Fri, Sep 14, 2018 - Page 3 News List

Cabinet approves tougher finance control measures

Staff writer, with CNA

The Cabinet yesterday approved draft amendments to the Money Laundering Control Act (洗錢防制法) and the Counter-Terrorism Financing Act (資恐防制法), which aim to tighten supervision of financial and other institutions.

The proposed changes to the Money Laundering Control Act would introduce new fines for financial institutions and designated non-financial businesses or professions that contravene regulations.

It would stipulate that such institutions, businesses and professions must implement internal controls and audits to prevent money laundering and terrorism financing.

The proposed amendments would require institutions to prepare regular risk assessment reports on money laundering and terrorist financing.

Failure to implement the policies and establish the stipulated procedures would result in a fine of NT$500,000 to NT$5 million (US$16,231 to US$162,311) for financial institutions.

For non-financial businesses or professions, the fine would be NT$50,000 to NT$500,000.

The bill defines designated non-financial businesses or professions as jewelry retail businesses, land administration agents, real-estate agencies, lawyers, notaries and accountants, and trust and company service providers.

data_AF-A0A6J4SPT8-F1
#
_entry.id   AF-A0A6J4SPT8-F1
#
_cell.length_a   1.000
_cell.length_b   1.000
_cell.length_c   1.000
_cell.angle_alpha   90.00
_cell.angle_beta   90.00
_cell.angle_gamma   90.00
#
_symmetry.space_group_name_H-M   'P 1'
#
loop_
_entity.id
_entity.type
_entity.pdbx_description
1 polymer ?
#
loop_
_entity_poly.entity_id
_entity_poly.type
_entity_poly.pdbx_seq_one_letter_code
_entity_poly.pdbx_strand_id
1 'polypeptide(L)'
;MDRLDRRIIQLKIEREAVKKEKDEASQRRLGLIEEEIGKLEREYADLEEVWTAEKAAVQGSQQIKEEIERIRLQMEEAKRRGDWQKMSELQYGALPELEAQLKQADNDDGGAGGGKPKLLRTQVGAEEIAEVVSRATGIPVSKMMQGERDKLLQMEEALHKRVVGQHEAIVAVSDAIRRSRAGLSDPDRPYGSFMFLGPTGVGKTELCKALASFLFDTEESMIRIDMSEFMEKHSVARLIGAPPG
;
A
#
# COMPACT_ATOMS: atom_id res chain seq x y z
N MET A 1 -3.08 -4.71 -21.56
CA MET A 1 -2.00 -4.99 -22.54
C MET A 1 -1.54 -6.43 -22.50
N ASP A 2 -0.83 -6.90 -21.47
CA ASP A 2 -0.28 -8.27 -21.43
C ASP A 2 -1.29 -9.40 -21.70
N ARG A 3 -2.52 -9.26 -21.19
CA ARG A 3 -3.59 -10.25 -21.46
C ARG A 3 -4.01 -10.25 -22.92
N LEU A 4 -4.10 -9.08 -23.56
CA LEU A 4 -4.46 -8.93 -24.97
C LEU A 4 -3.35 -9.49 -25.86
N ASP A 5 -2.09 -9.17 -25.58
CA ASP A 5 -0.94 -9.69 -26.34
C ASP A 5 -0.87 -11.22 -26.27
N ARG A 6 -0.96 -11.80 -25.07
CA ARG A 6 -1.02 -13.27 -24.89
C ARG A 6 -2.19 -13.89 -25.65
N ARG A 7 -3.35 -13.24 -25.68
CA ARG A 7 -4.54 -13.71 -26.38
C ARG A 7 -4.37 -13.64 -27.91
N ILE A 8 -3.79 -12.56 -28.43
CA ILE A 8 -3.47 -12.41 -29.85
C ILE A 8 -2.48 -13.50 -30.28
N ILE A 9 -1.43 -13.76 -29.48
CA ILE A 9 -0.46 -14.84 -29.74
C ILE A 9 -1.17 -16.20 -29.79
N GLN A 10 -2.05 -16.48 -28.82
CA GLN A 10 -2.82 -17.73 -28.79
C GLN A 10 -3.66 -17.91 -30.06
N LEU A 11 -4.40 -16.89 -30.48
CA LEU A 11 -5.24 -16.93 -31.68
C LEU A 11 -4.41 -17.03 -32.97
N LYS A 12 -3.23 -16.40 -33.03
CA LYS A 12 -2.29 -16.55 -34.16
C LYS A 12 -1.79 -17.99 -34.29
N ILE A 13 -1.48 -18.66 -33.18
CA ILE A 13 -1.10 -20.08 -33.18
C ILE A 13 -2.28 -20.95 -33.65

The two bills were approved as the government preparers for a third round of evaluations within the framework of the Asia/Pacific Group on Money Laundering in November, Deputy Minister of Justice Tsai Pi-chung (蔡碧仲) said.

The Cabinet also passed a proposed amendment to ban imports of fish products from long-distance fishing fleets that are found to engage in destructive fishing practices, in an effort to have Taiwan removed from the EU’s “yellow card” watch list.

In October 2015, the EU placed the nation on its watch list for not cooperating sufficiently in combating illegal, unreported and unregulated (IUU) fishing.

Since then, EU officials have visited Taiwan every six months to asses whether the problems are being addressed.

During the Cabinet meeting, Premier William Lai (賴清德) said he hoped that the amendment would clear the legislative floor as soon as possible.

He said he had asked the Council of Agriculture (COA) to continue communicating with local industry groups to ensure that they are aware of Taiwan’s policies regarding unregulated fishing.

Lai also asked the COA to work with the Bureau of Foreign Trade and the Customs Administration to prevent such fish from entering the Taiwanese market.

According to the draft amendment to the Act for Distant Water Fisheries (遠洋漁業條例), those caught importing fish products from fleets found to engage in IUU fishing would be subject to a fine of NT$500,000 to NT$2.5 million, which could be increased to NT$750,000 to NT$3.75 million for breaking the law within a year of a previous infringement.

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